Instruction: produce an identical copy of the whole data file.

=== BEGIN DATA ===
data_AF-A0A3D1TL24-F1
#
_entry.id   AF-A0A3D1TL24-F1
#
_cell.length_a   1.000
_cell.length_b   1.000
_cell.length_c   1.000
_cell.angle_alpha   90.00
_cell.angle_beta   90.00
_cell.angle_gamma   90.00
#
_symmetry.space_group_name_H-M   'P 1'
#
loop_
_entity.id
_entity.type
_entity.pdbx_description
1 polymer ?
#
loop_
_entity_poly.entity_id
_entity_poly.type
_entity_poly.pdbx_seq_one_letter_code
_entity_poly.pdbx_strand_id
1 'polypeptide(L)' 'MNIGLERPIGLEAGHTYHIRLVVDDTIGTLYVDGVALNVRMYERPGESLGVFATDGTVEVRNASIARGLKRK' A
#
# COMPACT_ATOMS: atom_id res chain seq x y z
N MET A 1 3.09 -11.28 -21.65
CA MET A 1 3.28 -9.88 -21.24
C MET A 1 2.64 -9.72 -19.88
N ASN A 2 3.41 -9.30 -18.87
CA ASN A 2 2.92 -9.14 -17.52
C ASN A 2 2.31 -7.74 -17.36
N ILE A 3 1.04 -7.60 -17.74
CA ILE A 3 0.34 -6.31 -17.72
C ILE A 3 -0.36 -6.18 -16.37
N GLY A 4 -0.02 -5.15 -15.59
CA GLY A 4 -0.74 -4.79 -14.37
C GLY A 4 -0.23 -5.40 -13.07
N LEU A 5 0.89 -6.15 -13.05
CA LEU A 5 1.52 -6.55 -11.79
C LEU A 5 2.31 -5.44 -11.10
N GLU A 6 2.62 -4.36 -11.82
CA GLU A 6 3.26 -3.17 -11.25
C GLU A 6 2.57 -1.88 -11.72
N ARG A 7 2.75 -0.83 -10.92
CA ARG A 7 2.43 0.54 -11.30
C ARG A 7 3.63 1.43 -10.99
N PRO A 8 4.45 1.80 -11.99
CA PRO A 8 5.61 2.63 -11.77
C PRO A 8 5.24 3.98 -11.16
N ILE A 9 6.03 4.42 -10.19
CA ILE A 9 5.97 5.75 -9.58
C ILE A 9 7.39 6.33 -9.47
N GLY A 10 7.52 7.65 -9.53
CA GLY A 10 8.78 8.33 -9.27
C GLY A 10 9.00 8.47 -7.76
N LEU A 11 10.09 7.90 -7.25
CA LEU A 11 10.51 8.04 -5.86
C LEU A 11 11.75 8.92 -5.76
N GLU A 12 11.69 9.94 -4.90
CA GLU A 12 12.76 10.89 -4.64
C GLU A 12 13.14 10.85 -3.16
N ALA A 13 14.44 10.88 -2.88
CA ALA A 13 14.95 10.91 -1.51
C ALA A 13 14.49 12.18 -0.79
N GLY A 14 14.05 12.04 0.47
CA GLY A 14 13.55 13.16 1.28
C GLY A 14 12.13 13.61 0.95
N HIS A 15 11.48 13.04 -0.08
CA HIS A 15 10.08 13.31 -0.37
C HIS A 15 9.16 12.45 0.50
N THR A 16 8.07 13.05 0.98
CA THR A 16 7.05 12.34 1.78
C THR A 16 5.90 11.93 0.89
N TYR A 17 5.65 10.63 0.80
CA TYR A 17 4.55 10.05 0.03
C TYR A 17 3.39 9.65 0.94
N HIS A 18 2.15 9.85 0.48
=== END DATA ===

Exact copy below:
data_AF-A0A3D1TL24-F1
#
_entry.id   AF-A0A3D1TL24-F1
#
_cell.length_a   1.000
_cell.length_b   1.000
_cell.length_c   1.000
_cell.angle_alpha   90.00
_cell.angle_beta   90.00
_cell.angle_gamma   90.00
#
_symmetry.space_group_name_H-M   'P 1'
#
loop_
_entity.id
_entity.type
_entity.pdbx_description
1 polymer ?
#
loop_
_entity_poly.entity_id
_entity_poly.type
_entity_poly.pdbx_seq_one_letter_code
_entity_poly.pdbx_strand_id
1 'polypeptide(L)' 'MNIGLERPIGLEAGHTYHIRLVVDDTIGTLYVDGVALNVRMYERPGESLGVFATDGTVEVRNASIARGLKRK' A
#
# COMPACT_ATOMS: atom_id res chain seq x y z
N MET A 1 3.09 -11.28 -21.65
CA MET A 1 3.28 -9.88 -21.24
C MET A 1 2.64 -9.72 -19.88
N ASN A 2 3.41 -9.30 -18.87
CA ASN A 2 2.92 -9.14 -17.52
C ASN A 2 2.31 -7.74 -17.36
N ILE A 3 1.04 -7.60 -17.74
CA ILE A 3 0.34 -6.31 -17.72
C ILE A 3 -0.36 -6.18 -16.37
N GLY A 4 -0.02 -5.15 -15.59
CA GLY A 4 -0.74 -4.79 -14.37
C GLY A 4 -0.23 -5.40 -13.07
N LEU A 5 0.89 -6.15 -13.05
CA LEU A 5 1.52 -6.55 -11.79
C LEU A 5 2.31 -5.44 -11.10
N GLU A 6 2.62 -4.36 -11.82
CA GLU A 6 3.26 -3.17 -11.25
C GLU A 6 2.57 -1.88 -11.72
N ARG A 7 2.75 -0.83 -10.92
CA ARG A 7 2.43 0.54 -11.30
C ARG A 7 3.63 1.43 -10.99
N PRO A 8 4.45 1.80 -11.99
CA PRO A 8 5.61 2.63 -11.77
C PRO A 8 5.24 3.98 -11.16
N ILE A 9 6.03 4.42 -10.19
CA ILE A 9 5.97 5.75 -9.58
C ILE A 9 7.39 6.33 -9.47
N GLY A 10 7.52 7.65 -9.53
CA GLY A 10 8.78 8.33 -9.27
C GLY A 10 9.00 8.47 -7.76
N LEU A 11 10.09 7.90 -7.25
CA LEU A 11 10.51 8.04 -5.86
C LEU A 11 11.75 8.92 -5.76
N GLU A 12 11.69 9.94 -4.90
CA GLU A 12 12.76 10.89 -4.64
C GLU A 12 13.14 10.85 -3.16
N ALA A 13 14.44 10.88 -2.88
CA ALA A 13 14.95 10.91 -1.51
C ALA A 13 14.49 12.18 -0.79
N GLY A 14 14.05 12.04 0.47
CA GLY A 14 13.55 13.16 1.28
C GLY A 14 12.13 13.61 0.95
N HIS A 15 11.48 13.04 -0.08
CA HIS A 15 10.08 13.31 -0.37
C HIS A 15 9.16 12.45 0.50
N THR A 16 8.07 13.05 0.98
CA THR A 16 7.05 12.34 1.78
C THR A 16 5.90 11.93 0.89
N TYR A 17 5.65 10.63 0.80
CA TYR A 17 4.55 10.05 0.03
C TYR A 17 3.39 9.65 0.94
N HIS A 18 2.15 9.85 0.48